Adam Richman, host of Man vs. Food, New Orleans aficionado, Brooklyn native, Yale Grad School alum, and lover of the phrase “a sandwich is just your imagination bound by two slices of bread” stopped by The Braiser Media Lounge this weekend at the New York Wine and Food Festival 2012 to warm the cockles of our frigid hearts with his deeply patriotic views on the how Russian pierogis built the nation’s character. No, seriously, it evaporated our election season cynicism for like, ten whole minutes. Check out our Q & A below.
The Braiser: Tell us about the upcomingWorld Food Championships, which you’re hosting in Vegas.
Adam Richman: The World Food Championships was basically the brainchild of the Agency of Record, who had all the big recognized food championships — well, I don’t want to say all, because I’m sure there’s probably like a really good competition in Latvia that is not involved — but then again, it’s not really the World Series if everyone competing is from America… I digress.
So the World Food Championships is essentially all of the best of the best. So the barbecue champions, the burger, chili, the myriad foods that are the main competitive cooking foods in our nation, professional and amateur, come together in Vegas to literally find out who is the best of the best. Like, to literally compare apples and oranges, and say, “First, let’s determine who’s the best in barbecue, and then let’s see how the best in barbecue stacks up against the best in chili.”
That’s such a good segue into our next question! It seems like cooking competitions are a very American thing. Is there something about American cuisine that makes it especially conducive to “cook-offs” or are Americans just competitive by nature about everything?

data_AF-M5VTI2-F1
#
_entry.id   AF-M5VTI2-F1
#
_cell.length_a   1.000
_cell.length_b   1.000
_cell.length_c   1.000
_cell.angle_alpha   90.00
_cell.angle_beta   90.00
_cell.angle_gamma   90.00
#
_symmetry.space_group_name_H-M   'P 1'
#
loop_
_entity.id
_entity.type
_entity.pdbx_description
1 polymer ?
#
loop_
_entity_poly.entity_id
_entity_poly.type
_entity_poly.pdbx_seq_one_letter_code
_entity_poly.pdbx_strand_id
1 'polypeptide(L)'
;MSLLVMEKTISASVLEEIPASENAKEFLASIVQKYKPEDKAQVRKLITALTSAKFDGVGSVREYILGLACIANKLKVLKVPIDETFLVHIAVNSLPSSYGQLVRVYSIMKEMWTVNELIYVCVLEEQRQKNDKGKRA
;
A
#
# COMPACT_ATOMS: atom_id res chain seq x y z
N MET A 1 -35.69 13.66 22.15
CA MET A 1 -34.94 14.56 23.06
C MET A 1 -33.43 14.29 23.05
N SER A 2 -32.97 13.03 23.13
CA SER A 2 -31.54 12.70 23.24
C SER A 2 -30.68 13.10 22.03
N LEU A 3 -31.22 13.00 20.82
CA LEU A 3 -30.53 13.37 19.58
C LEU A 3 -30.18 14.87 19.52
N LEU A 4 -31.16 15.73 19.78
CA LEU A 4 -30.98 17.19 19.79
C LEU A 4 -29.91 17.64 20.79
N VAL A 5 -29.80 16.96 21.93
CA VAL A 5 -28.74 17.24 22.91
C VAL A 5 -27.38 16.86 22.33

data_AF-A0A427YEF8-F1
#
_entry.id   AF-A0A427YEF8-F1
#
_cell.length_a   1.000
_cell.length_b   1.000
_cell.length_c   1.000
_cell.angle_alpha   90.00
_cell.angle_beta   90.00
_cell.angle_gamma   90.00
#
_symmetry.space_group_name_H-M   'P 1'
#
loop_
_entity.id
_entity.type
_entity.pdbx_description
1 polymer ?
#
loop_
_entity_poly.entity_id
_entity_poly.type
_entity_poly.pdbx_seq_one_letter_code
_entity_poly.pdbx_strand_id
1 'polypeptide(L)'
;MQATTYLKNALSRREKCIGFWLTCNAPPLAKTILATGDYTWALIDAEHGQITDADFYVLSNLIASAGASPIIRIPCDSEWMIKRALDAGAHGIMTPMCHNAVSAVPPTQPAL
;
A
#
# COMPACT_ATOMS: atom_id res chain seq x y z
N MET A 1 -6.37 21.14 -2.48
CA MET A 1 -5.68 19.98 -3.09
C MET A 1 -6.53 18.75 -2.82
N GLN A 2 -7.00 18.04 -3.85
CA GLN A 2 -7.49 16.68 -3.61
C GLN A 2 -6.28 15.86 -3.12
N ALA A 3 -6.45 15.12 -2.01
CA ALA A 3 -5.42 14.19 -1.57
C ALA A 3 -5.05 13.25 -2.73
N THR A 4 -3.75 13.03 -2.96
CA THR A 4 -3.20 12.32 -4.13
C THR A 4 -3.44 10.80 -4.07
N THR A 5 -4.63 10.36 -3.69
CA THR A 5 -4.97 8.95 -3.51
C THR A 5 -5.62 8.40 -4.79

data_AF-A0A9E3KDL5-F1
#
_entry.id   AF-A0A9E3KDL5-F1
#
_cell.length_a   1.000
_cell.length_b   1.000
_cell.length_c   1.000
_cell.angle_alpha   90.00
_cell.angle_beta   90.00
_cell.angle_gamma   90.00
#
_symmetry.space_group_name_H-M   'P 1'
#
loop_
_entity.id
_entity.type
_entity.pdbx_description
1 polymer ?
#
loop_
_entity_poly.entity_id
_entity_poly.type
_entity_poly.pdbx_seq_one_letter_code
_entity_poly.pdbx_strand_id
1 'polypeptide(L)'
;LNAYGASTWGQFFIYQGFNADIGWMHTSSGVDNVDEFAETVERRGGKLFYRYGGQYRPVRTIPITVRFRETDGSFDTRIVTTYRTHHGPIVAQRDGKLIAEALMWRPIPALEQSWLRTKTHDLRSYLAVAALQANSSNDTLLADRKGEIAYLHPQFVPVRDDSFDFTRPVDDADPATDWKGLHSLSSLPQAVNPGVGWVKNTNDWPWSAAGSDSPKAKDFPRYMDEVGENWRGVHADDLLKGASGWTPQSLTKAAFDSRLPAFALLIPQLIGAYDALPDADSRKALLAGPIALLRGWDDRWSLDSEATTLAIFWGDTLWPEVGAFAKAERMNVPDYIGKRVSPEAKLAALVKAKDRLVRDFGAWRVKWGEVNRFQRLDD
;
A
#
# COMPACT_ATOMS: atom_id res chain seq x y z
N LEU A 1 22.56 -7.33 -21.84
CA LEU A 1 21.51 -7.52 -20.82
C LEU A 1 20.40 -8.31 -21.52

That’s a great question. I think to some degree, a lot of it has to do with our character, like, as a people. I think Americans can have the most uncanny knack to turn anything into a competition. Like, how many Girl Scout cookies can you sell? And you have nine-year-old girls [competing against each other].
Everything is a pissing contest.
Absolutely. It’s a dick-measuring contest about everything! The biggest car, the biggest, you know, whatever — chugging contest! I mean, if there’s something that there’s a differential on… The thing that I think is interesting about cooking competitions that I always appreciate, especially with the most quotidian of things, like chili cook-offs — there’s a bitchin’ chili cook-off in every Super Bowl Sunday in Brooklyn — is that I think it elevates everybody’s game. I think it has to be healthy competition; you can’t lose sight of the fact that, at its best, it’s food. It’s delicious food, but it’s food. But I think that if you can get better because of that competition, that’s a very cool, special thing.
Tell us more about repping Brooklyn at NYCWFF 2012. You did Brooklyn’s Backyard, right?
Oh, I just may have. So, yes, I did an event — it started as Brooklyn’s Bounty last year. Brooklyn’s Bounty was held in a former brass factory in Gowanus, which is awesome, but we sort of took it to the next level this year. We actually got One Hanson Place, so it’s got this massive massive main foyer.
It’s the bank, right? I was just there for Brooklyn Pour. It was super cool.
Yes, the Williamsburg Bank. The tallest building in Brooklyn, random side note. Yeah, the vaulted ceilings and the mosaics; it’s so breathtaking in so very, very many ways. But I think that what I loved about doing Brooklyn’s Bounty, and Brooklyn’s Backyard now, is just simply that these were the places I grew up going to. These weren’t the places that sprung up because they were following a national culinary trend. These aren’t places that sprung up because there was some sort of nepotistic thing, like, “My dad was in the restaurant business, therefore I’m in the restaurant business.” It was much more about, “I’m from Russia. I make perogies. These are the perogies I sell.” And so to see hometown pride, and to see Spumoni Gardens, where I’ve been going since I was six years old, to see them getting a chance to shine on the national stage is a really, really special thing.